// API to build up the path incrementally; however, they can always also
// be constructed from a full string representation; we demonstrate both forms.
SdfPath worldPath = SdfPath("/World");
UsdPrim world = stage->GetPrimAtPath(worldPath);
UsdPrim sets = stage->GetPrimAtPath(worldPath.AppendChild(TfToken("Sets")));
UsdPrim fx = stage->GetPrimAtPath(worldPath.AppendChild(TfToken("Fx")));
USDeeper: def vs over? You may have noticed in the example above that the prims </World> and </World/Sets> were declared as def, while </World/Fx> was declared as over. "def" and "over" are two of the three possible "prim specifiers" that inform USD of the intended purpose of the data authored for a prim in a particular layer. For a deeper explanation, please see Defs, Overs, Classes, and Prim Types .

Retaining and Using UsdPrims Safely

UsdProperty: Common Interface for Attributes and Relationships

UsdAttribute: Typed, Sampled, Data

Time and Timing in USD

UsdRelationship: Targetting Namespace Objects

General Metadata in USD

All of the objects we have described so far, SdfLayer, UsdStage, UsdPrim, and both subclasses of UsdProperty, can possess metadata. In USD, metadata serves several critical roles for describing object behavior and meaning, and is defined by the following properties:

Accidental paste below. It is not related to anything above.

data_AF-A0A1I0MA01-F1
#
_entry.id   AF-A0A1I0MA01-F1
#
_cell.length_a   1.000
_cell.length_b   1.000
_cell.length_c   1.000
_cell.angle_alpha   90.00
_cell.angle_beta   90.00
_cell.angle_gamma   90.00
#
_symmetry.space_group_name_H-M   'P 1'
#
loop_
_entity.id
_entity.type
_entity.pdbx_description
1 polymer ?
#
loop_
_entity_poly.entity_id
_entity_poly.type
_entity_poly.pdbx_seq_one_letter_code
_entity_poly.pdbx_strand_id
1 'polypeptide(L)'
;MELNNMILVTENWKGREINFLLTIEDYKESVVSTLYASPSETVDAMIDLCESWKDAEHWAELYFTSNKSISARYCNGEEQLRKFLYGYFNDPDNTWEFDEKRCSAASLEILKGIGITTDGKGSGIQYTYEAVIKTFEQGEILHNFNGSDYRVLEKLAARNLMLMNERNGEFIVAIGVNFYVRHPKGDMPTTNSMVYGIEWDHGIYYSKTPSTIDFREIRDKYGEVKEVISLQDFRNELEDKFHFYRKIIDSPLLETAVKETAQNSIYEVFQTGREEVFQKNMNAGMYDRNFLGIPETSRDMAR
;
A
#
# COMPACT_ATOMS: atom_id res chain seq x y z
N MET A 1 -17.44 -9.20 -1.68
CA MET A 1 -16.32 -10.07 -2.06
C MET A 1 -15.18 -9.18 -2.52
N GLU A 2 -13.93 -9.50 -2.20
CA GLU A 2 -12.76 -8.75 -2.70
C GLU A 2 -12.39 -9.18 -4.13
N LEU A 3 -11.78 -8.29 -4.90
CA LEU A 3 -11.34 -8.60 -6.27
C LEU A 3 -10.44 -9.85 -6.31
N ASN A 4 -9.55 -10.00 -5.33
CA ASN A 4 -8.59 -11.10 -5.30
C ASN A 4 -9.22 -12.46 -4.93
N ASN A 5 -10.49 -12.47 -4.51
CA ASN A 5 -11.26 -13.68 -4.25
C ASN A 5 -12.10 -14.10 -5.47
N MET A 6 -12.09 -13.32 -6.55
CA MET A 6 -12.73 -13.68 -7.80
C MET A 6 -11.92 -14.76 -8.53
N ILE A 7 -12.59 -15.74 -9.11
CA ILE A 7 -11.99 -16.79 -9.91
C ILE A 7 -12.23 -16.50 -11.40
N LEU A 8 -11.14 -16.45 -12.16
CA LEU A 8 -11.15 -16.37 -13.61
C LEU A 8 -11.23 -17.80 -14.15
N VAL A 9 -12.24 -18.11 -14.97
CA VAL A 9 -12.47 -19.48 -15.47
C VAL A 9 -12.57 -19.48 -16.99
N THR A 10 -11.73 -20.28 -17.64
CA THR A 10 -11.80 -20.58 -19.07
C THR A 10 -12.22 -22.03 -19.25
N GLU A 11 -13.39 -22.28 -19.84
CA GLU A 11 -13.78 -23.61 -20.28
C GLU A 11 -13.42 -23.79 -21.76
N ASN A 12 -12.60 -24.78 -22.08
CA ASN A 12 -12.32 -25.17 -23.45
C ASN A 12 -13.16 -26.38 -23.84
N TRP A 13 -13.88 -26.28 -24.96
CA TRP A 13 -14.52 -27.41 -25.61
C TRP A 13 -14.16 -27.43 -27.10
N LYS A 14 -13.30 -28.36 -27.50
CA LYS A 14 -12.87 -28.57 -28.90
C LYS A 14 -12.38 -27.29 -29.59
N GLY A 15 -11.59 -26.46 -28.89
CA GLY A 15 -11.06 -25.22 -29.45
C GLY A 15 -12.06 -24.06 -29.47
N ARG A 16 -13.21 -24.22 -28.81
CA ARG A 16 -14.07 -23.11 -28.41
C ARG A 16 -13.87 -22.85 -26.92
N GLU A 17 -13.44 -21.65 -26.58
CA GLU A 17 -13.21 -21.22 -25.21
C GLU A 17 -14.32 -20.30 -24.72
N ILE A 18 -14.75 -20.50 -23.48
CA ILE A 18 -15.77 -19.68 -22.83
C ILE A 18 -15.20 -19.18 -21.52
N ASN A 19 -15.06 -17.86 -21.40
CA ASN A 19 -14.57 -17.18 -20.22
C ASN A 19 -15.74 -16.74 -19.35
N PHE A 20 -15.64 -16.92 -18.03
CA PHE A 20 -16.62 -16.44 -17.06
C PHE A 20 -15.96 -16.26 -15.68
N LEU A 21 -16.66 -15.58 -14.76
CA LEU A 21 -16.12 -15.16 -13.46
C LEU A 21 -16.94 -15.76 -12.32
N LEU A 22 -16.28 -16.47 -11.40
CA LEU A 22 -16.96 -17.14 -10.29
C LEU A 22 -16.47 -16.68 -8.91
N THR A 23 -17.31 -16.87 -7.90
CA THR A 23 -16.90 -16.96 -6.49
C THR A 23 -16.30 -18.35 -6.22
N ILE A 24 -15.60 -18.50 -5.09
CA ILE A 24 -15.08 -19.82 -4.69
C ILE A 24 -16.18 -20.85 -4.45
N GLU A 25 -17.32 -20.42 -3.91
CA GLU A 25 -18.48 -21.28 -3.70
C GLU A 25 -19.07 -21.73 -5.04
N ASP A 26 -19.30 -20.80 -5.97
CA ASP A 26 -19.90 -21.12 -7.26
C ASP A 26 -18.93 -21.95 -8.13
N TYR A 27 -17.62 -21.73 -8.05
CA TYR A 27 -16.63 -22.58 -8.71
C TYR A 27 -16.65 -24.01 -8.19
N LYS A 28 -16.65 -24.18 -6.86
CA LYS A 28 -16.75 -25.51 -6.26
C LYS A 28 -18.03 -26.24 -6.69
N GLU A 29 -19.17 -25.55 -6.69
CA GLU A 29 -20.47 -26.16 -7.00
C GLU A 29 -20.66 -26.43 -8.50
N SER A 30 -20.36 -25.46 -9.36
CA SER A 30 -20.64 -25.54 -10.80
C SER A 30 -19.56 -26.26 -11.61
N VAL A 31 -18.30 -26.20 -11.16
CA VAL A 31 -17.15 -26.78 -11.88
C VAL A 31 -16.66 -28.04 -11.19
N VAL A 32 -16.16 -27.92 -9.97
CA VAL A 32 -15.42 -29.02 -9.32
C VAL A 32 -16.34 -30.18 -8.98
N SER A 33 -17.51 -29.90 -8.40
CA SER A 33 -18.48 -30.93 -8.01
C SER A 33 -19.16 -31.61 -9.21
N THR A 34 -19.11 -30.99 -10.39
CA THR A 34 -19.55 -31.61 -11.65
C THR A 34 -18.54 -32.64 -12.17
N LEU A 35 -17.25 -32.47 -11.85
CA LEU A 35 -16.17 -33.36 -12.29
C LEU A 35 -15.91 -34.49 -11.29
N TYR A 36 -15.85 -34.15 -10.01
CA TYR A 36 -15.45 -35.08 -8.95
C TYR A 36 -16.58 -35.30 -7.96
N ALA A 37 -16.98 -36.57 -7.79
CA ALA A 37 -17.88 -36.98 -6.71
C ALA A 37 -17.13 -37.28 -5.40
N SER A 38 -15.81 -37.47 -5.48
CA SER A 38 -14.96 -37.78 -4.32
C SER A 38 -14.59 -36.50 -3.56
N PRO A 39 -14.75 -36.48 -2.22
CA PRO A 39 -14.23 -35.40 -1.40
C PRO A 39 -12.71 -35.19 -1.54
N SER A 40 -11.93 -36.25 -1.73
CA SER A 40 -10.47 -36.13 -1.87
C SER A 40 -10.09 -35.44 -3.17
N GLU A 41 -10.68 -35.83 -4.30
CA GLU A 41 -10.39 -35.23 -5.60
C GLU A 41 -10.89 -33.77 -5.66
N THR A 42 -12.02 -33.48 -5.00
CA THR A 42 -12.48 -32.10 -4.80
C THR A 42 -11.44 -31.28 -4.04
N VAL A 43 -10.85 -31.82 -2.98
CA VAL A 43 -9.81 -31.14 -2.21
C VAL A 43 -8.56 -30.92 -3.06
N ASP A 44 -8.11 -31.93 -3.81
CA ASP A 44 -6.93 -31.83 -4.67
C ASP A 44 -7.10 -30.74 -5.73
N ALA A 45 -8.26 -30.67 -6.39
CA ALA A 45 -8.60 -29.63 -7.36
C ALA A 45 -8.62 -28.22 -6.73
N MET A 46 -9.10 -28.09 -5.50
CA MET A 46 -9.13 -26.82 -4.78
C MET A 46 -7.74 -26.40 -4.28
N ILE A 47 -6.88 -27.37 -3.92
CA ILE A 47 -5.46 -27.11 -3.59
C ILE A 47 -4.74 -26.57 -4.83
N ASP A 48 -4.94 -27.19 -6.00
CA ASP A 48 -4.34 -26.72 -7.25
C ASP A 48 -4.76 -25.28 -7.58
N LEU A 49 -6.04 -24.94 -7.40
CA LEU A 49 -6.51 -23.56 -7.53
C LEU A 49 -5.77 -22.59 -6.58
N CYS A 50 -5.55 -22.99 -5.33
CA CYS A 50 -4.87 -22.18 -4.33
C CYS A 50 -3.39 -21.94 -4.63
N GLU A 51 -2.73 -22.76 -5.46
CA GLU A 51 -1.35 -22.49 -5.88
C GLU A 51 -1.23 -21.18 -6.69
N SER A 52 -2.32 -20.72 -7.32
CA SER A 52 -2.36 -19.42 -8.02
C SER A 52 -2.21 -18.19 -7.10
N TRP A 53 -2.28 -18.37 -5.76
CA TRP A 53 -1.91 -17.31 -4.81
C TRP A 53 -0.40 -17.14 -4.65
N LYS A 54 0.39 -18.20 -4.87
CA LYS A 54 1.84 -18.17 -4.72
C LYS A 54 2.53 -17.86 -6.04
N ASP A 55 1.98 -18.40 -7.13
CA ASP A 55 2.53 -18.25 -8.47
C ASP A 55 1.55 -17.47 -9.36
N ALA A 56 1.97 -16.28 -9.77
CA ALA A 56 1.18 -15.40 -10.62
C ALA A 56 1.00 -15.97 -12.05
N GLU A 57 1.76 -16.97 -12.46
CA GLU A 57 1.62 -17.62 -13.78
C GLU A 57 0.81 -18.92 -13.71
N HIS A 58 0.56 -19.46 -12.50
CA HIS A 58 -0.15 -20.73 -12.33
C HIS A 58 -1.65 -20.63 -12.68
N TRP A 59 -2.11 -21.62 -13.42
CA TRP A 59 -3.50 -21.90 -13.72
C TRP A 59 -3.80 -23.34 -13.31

• Metadata is extensible. The implication of the SdfSchema providing type information about metadata is that all metadata must be registered with USD/Sdf. The SdfSchema itself registers a set of metadata meaningful to the Sdf data model, but any module discoverable by USD's plugin system can extend the known set of metadata, as described in the Plugin Metadata documentation. Core USD, and most of the higher-level schema modules use this mechanism to good effect.
  • Metadata is unvarying. Although metadata values can be overridden in any layer just as UsdAttribute values can be, within a given layer, a metadatum can have only a single value - i.e. it cannot be sampled over time. Removing time as an axis of variation allows metadata to be evaluated and stored more efficiently than attribute values, and also means that metadata authored in Value Clips will be ignored by USD.
  • Core metadata resolution rules vary. Attribute Value Resolution is fixed for all attributes, core and custom. Certain of the "core metadata", however, have value resolution behavior other than "strongest opinion wins." A class of metadata used to specify composition behavior (as well as relationships) subscribe to list-editing composition. Other metadata, like attribute typeName, adhere to "weakest opinion wins". The prim metadata specifier has a highly specialized resolution behavior owing to the way in which overs, defs, and classes combine. Value resolution behavior may not be changed for extension metadata, however - all extension metadata will be resolved based on its datatype: strongest wins for primitive datatypes, element-wise strongest wins for dictionaries.